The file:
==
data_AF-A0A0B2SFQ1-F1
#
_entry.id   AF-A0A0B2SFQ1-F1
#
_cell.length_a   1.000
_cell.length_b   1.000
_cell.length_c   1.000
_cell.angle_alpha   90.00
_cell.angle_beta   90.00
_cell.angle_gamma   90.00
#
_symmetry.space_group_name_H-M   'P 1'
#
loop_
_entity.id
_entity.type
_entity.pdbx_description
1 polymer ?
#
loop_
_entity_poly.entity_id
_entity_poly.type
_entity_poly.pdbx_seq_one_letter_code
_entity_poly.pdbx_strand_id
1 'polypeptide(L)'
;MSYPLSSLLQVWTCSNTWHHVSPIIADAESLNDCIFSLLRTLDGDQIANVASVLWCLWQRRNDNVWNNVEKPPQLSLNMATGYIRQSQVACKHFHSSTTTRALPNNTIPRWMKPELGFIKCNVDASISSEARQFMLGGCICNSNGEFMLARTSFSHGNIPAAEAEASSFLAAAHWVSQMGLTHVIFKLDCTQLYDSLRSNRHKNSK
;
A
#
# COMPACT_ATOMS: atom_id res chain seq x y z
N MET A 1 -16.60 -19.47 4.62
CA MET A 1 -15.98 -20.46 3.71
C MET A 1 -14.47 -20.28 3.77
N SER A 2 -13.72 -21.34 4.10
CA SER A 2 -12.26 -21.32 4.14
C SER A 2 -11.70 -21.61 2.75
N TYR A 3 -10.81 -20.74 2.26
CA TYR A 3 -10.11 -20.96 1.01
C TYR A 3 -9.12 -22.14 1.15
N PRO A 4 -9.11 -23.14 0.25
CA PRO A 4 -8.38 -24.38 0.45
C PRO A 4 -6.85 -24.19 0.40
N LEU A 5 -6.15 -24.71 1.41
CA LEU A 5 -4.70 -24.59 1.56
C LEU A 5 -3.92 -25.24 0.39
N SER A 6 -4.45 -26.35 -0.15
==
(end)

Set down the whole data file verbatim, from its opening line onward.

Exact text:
data_AF-A0A0B2SFQ1-F1
#
_entry.id   AF-A0A0B2SFQ1-F1
#
_cell.length_a   1.000
_cell.length_b   1.000
_cell.length_c   1.000
_cell.angle_alpha   90.00
_cell.angle_beta   90.00
_cell.angle_gamma   90.00
#
_symmetry.space_group_name_H-M   'P 1'
#
loop_
_entity.id
_entity.type
_entity.pdbx_description
1 polymer ?
#
loop_
_entity_poly.entity_id
_entity_poly.type
_entity_poly.pdbx_seq_one_letter_code
_entity_poly.pdbx_strand_id
1 'polypeptide(L)'
;MSYPLSSLLQVWTCSNTWHHVSPIIADAESLNDCIFSLLRTLDGDQIANVASVLWCLWQRRNDNVWNNVEKPPQLSLNMATGYIRQSQVACKHFHSSTTTRALPNNTIPRWMKPELGFIKCNVDASISSEARQFMLGGCICNSNGEFMLARTSFSHGNIPAAEAEASSFLAAAHWVSQMGLTHVIFKLDCTQLYDSLRSNRHKNSK
;
A
#
# COMPACT_ATOMS: atom_id res chain seq x y z
N MET A 1 -16.60 -19.47 4.62
CA MET A 1 -15.98 -20.46 3.71
C MET A 1 -14.47 -20.28 3.77
N SER A 2 -13.72 -21.34 4.10
CA SER A 2 -12.26 -21.32 4.14
C SER A 2 -11.70 -21.61 2.75
N TYR A 3 -10.81 -20.74 2.26
CA TYR A 3 -10.11 -20.96 1.01
C TYR A 3 -9.12 -22.14 1.15
N PRO A 4 -9.11 -23.14 0.25
CA PRO A 4 -8.38 -24.38 0.45
C PRO A 4 -6.85 -24.19 0.40
N LEU A 5 -6.15 -24.71 1.41
CA LEU A 5 -4.70 -24.59 1.56
C LEU A 5 -3.92 -25.24 0.39
N SER A 6 -4.45 -26.35 -0.15